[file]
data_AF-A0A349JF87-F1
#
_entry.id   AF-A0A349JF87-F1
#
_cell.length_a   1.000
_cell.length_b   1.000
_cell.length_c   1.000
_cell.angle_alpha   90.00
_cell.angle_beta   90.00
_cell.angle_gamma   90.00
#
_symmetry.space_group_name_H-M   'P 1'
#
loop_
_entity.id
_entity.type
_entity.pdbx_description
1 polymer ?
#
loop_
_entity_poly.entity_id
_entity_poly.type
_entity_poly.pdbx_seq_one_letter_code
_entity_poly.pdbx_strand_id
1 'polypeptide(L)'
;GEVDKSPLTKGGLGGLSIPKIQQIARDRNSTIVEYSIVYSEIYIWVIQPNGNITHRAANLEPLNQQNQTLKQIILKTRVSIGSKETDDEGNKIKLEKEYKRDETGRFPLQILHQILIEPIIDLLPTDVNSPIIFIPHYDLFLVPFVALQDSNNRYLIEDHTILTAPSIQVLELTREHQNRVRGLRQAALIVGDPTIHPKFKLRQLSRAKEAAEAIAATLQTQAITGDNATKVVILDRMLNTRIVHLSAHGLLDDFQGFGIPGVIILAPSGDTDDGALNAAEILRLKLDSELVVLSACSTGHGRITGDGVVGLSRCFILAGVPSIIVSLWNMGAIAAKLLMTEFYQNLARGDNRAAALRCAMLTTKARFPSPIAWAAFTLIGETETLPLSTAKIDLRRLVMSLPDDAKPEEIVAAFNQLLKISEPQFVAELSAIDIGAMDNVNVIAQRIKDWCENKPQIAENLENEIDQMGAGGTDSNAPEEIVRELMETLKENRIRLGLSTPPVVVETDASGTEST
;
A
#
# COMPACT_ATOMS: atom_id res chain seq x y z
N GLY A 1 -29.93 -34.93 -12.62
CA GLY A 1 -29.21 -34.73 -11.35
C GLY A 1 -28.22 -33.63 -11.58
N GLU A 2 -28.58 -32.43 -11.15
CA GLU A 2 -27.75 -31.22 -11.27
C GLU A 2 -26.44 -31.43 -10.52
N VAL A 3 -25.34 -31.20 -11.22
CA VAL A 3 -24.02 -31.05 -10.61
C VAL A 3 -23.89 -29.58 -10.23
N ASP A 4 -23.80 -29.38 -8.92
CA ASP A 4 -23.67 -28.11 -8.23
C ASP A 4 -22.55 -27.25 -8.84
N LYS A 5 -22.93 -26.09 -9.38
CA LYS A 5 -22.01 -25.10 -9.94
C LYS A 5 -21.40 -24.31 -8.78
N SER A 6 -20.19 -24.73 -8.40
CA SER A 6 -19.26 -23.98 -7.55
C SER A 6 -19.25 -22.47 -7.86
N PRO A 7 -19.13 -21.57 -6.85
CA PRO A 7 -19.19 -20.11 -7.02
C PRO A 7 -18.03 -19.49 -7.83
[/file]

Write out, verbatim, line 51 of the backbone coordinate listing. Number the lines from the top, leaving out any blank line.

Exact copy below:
C PRO A 7 -18.03 -19.49 -7.83